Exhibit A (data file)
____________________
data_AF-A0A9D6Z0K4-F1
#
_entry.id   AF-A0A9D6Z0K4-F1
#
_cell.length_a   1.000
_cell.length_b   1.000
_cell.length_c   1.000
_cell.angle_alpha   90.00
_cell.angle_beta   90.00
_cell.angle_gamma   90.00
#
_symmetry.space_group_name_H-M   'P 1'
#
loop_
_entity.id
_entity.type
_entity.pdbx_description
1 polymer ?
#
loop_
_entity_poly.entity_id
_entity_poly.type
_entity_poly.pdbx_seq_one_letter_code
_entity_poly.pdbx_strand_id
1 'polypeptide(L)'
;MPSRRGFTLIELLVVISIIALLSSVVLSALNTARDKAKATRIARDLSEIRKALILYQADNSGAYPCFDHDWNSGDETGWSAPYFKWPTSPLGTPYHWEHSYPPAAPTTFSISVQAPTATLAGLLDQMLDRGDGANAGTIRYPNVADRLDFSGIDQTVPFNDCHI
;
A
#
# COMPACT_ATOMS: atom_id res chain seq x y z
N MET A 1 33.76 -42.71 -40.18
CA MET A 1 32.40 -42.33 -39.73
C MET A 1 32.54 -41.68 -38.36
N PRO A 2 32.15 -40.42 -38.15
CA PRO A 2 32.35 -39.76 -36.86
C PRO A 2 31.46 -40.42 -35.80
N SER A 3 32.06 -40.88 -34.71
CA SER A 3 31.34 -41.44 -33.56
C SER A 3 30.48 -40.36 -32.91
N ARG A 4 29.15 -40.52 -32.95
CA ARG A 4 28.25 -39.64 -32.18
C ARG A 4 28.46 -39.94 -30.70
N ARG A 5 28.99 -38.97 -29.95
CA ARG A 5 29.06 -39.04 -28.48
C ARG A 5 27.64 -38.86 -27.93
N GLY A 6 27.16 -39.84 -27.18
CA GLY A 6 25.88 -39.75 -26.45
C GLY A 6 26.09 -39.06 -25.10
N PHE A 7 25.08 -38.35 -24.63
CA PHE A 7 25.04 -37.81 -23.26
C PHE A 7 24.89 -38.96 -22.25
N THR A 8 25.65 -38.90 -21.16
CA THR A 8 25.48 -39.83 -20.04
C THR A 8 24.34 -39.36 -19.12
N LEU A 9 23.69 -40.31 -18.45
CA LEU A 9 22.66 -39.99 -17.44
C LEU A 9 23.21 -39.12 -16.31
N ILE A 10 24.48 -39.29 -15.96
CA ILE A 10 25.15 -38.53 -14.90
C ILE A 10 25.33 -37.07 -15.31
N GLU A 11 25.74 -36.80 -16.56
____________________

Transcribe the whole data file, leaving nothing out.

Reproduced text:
data_AF-A0A9D6Z0K4-F1
#
_entry.id   AF-A0A9D6Z0K4-F1
#
_cell.length_a   1.000
_cell.length_b   1.000
_cell.length_c   1.000
_cell.angle_alpha   90.00
_cell.angle_beta   90.00
_cell.angle_gamma   90.00
#
_symmetry.space_group_name_H-M   'P 1'
#
loop_
_entity.id
_entity.type
_entity.pdbx_description
1 polymer ?
#
loop_
_entity_poly.entity_id
_entity_poly.type
_entity_poly.pdbx_seq_one_letter_code
_entity_poly.pdbx_strand_id
1 'polypeptide(L)'
;MPSRRGFTLIELLVVISIIALLSSVVLSALNTARDKAKATRIARDLSEIRKALILYQADNSGAYPCFDHDWNSGDETGWSAPYFKWPTSPLGTPYHWEHSYPPAAPTTFSISVQAPTATLAGLLDQMLDRGDGANAGTIRYPNVADRLDFSGIDQTVPFNDCHI
;
A
#
# COMPACT_ATOMS: atom_id res chain seq x y z
N MET A 1 33.76 -42.71 -40.18
CA MET A 1 32.40 -42.33 -39.73
C MET A 1 32.54 -41.68 -38.36
N PRO A 2 32.15 -40.42 -38.15
CA PRO A 2 32.35 -39.76 -36.86
C PRO A 2 31.46 -40.42 -35.80
N SER A 3 32.06 -40.88 -34.71
CA SER A 3 31.34 -41.44 -33.56
C SER A 3 30.48 -40.36 -32.91
N ARG A 4 29.15 -40.52 -32.95
CA ARG A 4 28.25 -39.64 -32.18
C ARG A 4 28.46 -39.94 -30.70
N ARG A 5 28.99 -38.97 -29.95
CA ARG A 5 29.06 -39.04 -28.48
C ARG A 5 27.64 -38.86 -27.93
N GLY A 6 27.16 -39.84 -27.18
CA GLY A 6 25.88 -39.75 -26.45
C GLY A 6 26.09 -39.06 -25.10
N PHE A 7 25.08 -38.35 -24.63
CA PHE A 7 25.04 -37.81 -23.26
C PHE A 7 24.89 -38.96 -22.25
N THR A 8 25.65 -38.90 -21.16
CA THR A 8 25.48 -39.83 -20.04
C THR A 8 24.34 -39.36 -19.12
N LEU A 9 23.69 -40.31 -18.45
CA LEU A 9 22.66 -39.99 -17.44
C LEU A 9 23.21 -39.12 -16.31
N ILE A 10 24.48 -39.29 -15.96
CA ILE A 10 25.15 -38.53 -14.90
C ILE A 10 25.33 -37.07 -15.31
N GLU A 11 25.74 -36.80 -16.56